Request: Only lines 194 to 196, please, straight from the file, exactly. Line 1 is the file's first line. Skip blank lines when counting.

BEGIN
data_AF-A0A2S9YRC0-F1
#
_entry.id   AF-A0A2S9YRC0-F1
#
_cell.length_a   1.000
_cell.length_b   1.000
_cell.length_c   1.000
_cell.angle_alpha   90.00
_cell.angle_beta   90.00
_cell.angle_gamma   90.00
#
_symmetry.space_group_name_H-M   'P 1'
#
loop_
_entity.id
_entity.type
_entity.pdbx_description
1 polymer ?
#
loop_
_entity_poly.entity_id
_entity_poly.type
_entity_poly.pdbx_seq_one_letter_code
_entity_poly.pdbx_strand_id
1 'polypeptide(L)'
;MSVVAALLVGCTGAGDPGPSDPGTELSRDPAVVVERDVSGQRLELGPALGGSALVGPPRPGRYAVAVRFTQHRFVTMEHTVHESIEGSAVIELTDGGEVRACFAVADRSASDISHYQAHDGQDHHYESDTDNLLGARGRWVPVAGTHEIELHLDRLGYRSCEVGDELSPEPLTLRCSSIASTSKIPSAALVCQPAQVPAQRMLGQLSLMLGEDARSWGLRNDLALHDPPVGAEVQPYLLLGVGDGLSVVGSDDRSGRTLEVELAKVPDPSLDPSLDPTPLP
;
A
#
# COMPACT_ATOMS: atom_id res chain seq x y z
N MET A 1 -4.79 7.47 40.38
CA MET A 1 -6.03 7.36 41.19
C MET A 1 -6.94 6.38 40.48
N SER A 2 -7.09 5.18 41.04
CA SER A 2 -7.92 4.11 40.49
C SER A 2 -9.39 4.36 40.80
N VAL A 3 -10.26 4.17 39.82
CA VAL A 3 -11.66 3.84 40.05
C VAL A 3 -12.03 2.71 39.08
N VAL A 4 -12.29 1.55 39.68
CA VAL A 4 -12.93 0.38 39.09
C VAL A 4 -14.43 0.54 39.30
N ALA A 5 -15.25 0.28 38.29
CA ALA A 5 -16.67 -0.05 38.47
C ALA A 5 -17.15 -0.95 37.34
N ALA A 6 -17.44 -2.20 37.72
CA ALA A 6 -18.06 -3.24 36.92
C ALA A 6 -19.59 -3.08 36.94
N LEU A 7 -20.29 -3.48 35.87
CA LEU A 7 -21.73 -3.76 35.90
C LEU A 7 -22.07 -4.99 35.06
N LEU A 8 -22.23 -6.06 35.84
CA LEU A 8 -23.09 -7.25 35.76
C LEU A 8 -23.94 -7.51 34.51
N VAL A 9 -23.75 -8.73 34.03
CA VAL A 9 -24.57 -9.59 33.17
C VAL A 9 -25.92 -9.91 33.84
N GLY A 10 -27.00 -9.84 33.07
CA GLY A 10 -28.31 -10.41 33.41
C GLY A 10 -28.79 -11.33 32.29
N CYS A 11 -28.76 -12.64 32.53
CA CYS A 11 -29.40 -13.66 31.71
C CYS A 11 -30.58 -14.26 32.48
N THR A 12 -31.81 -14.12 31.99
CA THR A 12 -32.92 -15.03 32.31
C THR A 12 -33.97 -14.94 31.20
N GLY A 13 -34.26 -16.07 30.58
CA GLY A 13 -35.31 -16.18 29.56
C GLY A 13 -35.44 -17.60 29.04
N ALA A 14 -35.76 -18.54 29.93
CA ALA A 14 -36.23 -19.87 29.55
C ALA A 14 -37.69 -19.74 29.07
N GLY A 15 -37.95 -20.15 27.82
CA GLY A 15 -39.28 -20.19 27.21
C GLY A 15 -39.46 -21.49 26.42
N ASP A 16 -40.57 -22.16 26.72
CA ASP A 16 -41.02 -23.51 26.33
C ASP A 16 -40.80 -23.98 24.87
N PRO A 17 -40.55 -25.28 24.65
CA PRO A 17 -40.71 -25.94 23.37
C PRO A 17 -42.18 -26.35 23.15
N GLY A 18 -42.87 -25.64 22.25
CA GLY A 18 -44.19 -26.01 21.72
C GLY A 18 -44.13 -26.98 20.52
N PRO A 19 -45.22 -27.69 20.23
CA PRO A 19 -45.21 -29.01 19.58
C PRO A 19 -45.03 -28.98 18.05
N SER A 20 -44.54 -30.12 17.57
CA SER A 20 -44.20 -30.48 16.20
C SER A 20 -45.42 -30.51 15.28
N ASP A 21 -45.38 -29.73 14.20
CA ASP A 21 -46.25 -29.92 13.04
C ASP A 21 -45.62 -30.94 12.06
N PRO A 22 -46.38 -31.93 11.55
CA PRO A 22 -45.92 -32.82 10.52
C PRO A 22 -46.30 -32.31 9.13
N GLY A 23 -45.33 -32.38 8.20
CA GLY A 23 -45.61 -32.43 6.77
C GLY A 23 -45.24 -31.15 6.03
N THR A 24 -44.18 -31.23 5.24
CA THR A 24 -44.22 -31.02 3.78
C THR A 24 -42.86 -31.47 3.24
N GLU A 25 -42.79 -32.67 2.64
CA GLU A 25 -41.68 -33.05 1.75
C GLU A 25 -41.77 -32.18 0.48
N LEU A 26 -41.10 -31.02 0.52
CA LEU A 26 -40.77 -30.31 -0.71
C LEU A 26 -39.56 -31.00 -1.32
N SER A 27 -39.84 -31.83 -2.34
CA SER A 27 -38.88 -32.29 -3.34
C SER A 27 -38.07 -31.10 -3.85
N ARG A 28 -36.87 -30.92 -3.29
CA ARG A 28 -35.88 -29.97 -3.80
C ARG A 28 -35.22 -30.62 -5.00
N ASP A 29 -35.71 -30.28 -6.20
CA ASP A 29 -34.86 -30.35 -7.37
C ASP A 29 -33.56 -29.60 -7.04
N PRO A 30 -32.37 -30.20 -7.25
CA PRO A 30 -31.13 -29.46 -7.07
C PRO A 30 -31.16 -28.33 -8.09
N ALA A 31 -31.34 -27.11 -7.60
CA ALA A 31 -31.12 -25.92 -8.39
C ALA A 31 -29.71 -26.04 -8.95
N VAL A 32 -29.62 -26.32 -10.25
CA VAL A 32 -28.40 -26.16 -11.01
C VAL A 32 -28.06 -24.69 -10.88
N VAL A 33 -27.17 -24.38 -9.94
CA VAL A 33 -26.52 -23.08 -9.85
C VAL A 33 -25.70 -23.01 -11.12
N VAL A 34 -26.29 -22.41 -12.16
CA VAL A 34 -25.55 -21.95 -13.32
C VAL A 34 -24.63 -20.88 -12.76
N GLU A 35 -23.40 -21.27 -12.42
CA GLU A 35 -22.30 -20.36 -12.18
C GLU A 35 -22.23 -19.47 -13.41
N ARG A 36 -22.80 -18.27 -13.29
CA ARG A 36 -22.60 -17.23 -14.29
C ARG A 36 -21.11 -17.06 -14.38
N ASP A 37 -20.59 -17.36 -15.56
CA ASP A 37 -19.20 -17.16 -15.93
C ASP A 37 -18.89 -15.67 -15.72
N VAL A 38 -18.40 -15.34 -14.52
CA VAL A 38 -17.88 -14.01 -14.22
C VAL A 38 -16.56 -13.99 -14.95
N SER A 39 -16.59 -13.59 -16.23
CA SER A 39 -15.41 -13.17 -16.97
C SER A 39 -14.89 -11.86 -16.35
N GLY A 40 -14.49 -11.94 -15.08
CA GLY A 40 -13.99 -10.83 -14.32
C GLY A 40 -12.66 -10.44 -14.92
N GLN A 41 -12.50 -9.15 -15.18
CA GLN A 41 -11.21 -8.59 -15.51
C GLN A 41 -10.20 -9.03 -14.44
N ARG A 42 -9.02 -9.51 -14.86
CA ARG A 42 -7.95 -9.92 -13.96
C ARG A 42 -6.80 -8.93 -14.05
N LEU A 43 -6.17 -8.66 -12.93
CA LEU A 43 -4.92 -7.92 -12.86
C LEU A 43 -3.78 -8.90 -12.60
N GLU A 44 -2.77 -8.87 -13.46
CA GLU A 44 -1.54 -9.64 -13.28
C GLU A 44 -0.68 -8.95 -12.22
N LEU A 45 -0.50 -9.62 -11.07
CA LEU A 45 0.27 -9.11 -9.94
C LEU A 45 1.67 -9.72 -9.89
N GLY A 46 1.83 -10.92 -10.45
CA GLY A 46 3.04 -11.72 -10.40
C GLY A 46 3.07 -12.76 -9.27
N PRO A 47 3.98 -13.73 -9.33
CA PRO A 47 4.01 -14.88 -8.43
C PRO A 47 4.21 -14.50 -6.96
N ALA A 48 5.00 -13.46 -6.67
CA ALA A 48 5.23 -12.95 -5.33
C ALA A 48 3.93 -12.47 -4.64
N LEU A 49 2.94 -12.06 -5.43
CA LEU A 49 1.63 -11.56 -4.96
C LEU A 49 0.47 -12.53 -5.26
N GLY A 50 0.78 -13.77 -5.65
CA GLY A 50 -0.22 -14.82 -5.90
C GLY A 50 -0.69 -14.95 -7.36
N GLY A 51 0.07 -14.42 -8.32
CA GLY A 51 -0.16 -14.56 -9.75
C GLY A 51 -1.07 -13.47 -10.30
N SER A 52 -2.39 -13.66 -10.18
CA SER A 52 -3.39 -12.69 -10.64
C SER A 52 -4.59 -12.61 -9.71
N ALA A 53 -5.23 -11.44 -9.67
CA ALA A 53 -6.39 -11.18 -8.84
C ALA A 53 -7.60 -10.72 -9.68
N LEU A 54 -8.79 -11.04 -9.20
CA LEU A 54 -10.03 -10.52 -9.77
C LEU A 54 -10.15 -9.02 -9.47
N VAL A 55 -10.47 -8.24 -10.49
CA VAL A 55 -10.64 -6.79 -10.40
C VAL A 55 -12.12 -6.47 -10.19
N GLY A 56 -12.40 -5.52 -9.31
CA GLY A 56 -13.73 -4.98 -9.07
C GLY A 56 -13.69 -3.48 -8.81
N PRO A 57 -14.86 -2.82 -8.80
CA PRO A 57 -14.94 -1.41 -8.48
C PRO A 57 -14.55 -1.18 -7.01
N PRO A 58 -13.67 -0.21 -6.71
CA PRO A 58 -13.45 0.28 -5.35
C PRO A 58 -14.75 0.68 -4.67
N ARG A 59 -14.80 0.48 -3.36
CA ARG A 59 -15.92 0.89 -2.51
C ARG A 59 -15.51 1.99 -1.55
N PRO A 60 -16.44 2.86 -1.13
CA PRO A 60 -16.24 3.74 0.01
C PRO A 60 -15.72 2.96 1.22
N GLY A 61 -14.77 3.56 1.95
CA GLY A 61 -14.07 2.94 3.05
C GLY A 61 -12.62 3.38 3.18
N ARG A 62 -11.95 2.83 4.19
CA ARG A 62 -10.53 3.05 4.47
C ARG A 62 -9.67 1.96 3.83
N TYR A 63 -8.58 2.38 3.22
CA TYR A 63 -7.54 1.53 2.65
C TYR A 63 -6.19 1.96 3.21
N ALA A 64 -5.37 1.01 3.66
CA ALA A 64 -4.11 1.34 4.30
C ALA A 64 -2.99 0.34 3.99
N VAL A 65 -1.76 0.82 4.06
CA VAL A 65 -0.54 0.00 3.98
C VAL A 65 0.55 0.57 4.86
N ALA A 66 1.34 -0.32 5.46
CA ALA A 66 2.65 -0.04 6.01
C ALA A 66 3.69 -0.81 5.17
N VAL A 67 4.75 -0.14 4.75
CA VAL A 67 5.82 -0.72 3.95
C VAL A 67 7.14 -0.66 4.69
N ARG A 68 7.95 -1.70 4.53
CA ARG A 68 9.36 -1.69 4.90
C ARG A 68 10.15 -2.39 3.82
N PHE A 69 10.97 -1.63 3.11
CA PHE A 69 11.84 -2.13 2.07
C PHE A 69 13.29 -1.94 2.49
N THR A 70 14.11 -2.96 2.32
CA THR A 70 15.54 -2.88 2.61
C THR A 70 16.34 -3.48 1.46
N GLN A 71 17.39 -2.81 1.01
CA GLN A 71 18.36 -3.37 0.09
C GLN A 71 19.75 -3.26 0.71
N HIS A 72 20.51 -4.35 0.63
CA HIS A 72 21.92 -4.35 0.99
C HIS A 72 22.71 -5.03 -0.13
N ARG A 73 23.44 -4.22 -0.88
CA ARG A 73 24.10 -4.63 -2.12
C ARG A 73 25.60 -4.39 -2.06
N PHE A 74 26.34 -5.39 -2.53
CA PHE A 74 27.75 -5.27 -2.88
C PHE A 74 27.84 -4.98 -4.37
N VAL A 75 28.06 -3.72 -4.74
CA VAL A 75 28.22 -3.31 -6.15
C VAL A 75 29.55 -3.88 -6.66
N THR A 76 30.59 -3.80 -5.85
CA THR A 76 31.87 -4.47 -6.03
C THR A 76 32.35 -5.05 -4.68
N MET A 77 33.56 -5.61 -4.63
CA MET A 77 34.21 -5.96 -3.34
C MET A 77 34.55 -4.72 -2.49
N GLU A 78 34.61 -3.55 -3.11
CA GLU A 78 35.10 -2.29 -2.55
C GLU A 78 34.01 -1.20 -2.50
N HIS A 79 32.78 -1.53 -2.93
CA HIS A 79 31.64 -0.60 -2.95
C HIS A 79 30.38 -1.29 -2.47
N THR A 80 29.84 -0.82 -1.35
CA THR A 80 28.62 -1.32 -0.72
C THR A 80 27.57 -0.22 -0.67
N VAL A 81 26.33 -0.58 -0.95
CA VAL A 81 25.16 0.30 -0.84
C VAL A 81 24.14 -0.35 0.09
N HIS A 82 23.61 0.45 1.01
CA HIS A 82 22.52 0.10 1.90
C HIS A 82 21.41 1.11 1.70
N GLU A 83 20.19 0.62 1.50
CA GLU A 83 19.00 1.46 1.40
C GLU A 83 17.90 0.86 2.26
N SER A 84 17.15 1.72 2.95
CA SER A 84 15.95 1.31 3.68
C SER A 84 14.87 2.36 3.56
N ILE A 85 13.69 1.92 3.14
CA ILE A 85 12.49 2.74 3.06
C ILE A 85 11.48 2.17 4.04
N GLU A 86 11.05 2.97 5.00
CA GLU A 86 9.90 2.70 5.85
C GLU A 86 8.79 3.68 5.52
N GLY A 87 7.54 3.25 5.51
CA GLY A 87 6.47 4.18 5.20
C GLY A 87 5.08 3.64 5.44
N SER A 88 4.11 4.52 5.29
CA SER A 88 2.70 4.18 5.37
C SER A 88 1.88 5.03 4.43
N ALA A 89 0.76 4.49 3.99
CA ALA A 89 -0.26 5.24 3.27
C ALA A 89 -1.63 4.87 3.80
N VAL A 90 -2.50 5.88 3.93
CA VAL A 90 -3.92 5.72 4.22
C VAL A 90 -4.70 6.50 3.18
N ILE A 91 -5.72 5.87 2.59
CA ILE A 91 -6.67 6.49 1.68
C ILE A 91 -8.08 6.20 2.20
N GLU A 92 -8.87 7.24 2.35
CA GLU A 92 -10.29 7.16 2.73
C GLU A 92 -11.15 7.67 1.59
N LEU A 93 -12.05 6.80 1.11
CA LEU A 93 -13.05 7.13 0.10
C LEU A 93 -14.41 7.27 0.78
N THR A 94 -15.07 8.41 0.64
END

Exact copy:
CA VAL A 55 -10.64 -6.79 -10.40
C VAL A 55 -12.12 -6.47 -10.19
N GLY A 56 -12.40 -5.52 -9.31